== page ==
Journal of Pediatrics is complicit in manipulating public opinion for corporate profits
A media report about a recent article published in the Journal of Pediatrics is causing outrage on social media. The authors of the Pediatrics Perspectives piece are, “calling on health professionals to stop saying that breastfeeding is natural, arguing that doing so gives the impression that natural parenting practices are healthier”. Given that breastfeeding has sustained the evolution of our species, and of all mammals, since we began, it’s surely hard to find anything more natural? Whether you support a natural outlook on life or not, we simply wouldn’t be here if it weren’t for the ability to be nourished by our mother’s milk.
Despite what baby milk ads would have you believe, all efforts to standardise baby milk formula haven’t come close to matching the complexity of factors in breast milk. Let alone the infinite variation that occurs daily in breast milk as it responds to the immediate and changing needs of the baby. But making baby milk formula is big business and there is a huge industry netting multiple billions of profits that definitely don’t want to let go and 'go natural'.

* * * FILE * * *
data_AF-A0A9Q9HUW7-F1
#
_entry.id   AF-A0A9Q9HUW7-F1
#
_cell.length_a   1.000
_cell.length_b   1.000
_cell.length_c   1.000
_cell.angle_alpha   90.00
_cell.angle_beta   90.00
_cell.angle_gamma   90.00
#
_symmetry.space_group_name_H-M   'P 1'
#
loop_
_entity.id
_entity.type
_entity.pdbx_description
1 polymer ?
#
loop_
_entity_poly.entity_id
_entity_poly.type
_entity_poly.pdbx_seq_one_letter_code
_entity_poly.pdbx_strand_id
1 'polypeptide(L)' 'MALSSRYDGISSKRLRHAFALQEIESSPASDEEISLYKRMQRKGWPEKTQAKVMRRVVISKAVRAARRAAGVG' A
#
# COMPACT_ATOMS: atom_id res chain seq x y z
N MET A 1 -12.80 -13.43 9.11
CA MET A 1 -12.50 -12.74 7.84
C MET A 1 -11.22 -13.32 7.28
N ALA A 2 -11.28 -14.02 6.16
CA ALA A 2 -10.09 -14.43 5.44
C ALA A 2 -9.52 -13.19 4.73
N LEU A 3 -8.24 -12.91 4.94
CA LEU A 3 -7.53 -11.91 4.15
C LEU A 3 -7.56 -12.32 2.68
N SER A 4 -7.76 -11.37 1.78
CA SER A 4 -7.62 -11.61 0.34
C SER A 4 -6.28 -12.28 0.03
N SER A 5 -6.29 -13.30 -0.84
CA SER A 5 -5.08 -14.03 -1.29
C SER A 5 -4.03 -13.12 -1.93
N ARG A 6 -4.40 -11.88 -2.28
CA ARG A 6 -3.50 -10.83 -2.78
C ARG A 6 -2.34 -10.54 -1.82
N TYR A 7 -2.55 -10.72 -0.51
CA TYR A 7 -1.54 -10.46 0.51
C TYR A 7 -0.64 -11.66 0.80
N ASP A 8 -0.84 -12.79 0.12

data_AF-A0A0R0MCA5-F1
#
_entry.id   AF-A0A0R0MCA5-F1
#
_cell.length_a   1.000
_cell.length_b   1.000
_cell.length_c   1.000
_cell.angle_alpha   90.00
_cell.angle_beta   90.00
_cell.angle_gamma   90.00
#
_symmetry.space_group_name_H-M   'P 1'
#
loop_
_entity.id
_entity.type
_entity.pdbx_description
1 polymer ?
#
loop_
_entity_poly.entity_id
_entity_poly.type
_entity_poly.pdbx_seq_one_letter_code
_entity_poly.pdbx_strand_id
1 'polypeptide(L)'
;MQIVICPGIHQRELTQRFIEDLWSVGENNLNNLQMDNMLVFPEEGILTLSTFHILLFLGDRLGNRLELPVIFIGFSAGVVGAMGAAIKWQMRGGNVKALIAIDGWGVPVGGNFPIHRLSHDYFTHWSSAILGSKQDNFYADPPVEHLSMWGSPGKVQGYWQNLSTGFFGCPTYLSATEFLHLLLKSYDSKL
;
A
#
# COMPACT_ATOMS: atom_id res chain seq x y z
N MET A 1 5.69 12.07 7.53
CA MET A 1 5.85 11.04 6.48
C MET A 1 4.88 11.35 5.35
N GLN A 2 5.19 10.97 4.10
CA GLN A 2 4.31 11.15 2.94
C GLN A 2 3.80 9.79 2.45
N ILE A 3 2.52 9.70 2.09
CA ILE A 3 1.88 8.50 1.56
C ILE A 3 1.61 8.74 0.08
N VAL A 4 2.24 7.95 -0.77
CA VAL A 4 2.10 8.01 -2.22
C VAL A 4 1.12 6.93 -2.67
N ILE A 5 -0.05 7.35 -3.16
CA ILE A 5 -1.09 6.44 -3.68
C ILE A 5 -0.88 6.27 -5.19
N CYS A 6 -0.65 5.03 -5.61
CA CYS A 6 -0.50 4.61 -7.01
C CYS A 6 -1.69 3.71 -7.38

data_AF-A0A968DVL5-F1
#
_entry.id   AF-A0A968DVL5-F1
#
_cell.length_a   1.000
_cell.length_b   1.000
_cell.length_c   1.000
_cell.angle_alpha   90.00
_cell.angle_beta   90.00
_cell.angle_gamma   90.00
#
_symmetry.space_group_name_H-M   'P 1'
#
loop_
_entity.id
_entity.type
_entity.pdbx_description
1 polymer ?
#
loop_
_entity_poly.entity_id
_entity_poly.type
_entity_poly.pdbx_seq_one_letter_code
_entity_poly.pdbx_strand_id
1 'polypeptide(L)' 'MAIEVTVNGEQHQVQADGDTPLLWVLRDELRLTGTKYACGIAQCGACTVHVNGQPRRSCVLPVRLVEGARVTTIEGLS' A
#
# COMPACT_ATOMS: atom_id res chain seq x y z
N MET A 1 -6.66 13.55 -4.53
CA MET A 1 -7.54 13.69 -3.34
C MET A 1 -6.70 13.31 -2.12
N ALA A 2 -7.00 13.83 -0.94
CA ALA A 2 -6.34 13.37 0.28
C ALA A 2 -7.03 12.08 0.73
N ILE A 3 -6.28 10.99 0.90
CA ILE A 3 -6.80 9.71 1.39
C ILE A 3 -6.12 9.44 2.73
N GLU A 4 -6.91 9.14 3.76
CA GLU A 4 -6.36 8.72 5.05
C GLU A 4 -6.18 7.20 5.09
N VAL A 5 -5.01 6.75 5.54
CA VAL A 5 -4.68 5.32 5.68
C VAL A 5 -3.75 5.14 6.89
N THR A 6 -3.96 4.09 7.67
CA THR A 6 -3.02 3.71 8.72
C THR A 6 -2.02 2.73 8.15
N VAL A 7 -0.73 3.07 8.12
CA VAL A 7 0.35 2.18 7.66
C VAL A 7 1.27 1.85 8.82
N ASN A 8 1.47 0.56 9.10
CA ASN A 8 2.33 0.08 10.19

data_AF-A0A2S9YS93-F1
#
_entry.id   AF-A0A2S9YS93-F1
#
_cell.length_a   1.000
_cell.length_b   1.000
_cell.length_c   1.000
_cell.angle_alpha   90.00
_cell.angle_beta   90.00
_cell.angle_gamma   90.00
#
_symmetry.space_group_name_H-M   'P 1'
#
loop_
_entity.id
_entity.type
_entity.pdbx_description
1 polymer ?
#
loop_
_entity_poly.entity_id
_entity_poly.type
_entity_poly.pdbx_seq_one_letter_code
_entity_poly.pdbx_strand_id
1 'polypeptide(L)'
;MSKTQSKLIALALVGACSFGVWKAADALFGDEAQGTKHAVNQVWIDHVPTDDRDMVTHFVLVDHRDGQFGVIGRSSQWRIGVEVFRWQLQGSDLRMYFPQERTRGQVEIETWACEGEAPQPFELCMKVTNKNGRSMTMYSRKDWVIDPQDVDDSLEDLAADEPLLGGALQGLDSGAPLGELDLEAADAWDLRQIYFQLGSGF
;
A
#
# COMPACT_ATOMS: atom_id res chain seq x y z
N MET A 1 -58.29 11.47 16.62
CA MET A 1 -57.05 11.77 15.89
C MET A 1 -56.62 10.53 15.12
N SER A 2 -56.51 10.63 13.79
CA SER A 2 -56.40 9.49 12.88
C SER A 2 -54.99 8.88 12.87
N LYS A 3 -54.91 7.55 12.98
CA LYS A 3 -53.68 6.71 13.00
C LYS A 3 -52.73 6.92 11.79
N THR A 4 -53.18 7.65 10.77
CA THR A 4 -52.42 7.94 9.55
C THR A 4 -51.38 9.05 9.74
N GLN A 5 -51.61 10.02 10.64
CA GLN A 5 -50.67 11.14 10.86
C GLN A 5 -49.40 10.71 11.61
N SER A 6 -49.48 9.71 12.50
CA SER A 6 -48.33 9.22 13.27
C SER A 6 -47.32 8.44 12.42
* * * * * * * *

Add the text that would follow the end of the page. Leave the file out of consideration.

The authors of this article, “Unintended Consequences of Invoking the “Natural” in Breastfeeding Promotion”, continue their assault by attempting to start a public campaign to end the positive use of the word natural, claiming that, “It is associated with such ‘problematic’ practices as home birth, homeschooling and the rejection of GMO foods, and that natural parenting movements are interfering with vaccination efforts". Aha, suddenly a light dawns. Natural and environmentally focused lifestyles aren’t good for corporate profits. Shame on you Pediatrics for sullying your reputation with such blatant profiteering.
Yvonne England, ANH-Intl's practitioner liaison, has written a blog post on this Journal of Pediatrics piece, which contains further detail on salient points.
Call to Action
If you feel strongly about a scientific journal being used to manipulate public opinion for the apparent benefit of pharmaceutical, biotech and other corporate interests, write to the Editor of the Journal of Pediatrics, William F. Balistreri, at [email protected] and express your opinion.
You can also write directly to the corresponding author, and email Anne Barnhill PhD, Department of Medical Ethics and Policy, Philadelphia at [email protected]. Open copy the Department Chair, Ezekiel J Emanuel, MD, PhD at [email protected].